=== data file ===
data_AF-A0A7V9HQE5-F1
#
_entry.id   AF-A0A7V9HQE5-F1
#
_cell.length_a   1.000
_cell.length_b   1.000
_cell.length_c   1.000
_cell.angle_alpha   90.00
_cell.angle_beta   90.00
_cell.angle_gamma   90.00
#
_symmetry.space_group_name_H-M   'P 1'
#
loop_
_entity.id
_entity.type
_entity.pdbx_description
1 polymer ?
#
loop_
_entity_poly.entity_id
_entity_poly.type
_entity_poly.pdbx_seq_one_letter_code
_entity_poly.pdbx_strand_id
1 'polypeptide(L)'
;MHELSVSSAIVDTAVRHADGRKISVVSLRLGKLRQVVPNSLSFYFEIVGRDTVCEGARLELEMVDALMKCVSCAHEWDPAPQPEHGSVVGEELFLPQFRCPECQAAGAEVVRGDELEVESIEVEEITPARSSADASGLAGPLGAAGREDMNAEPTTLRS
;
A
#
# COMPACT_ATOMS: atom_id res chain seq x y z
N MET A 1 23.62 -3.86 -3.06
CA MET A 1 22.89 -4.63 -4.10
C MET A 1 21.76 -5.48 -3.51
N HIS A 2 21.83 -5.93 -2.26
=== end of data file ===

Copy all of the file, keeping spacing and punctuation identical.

data_AF-A0A7V9HQE5-F1
#
_entry.id   AF-A0A7V9HQE5-F1
#
_cell.length_a   1.000
_cell.length_b   1.000
_cell.length_c   1.000
_cell.angle_alpha   90.00
_cell.angle_beta   90.00
_cell.angle_gamma   90.00
#
_symmetry.space_group_name_H-M   'P 1'
#
loop_
_entity.id
_entity.type
_entity.pdbx_description
1 polymer ?
#
loop_
_entity_poly.entity_id
_entity_poly.type
_entity_poly.pdbx_seq_one_letter_code
_entity_poly.pdbx_strand_id
1 'polypeptide(L)'
;MHELSVSSAIVDTAVRHADGRKISVVSLRLGKLRQVVPNSLSFYFEIVGRDTVCEGARLELEMVDALMKCVSCAHEWDPAPQPEHGSVVGEELFLPQFRCPECQAAGAEVVRGDELEVESIEVEEITPARSSADASGLAGPLGAAGREDMNAEPTTLRS
;
A
#
# COMPACT_ATOMS: atom_id res chain seq x y z
N MET A 1 23.62 -3.86 -3.06
CA MET A 1 22.89 -4.63 -4.10
C MET A 1 21.76 -5.48 -3.51
N HIS A 2 21.83 -5.93 -2.26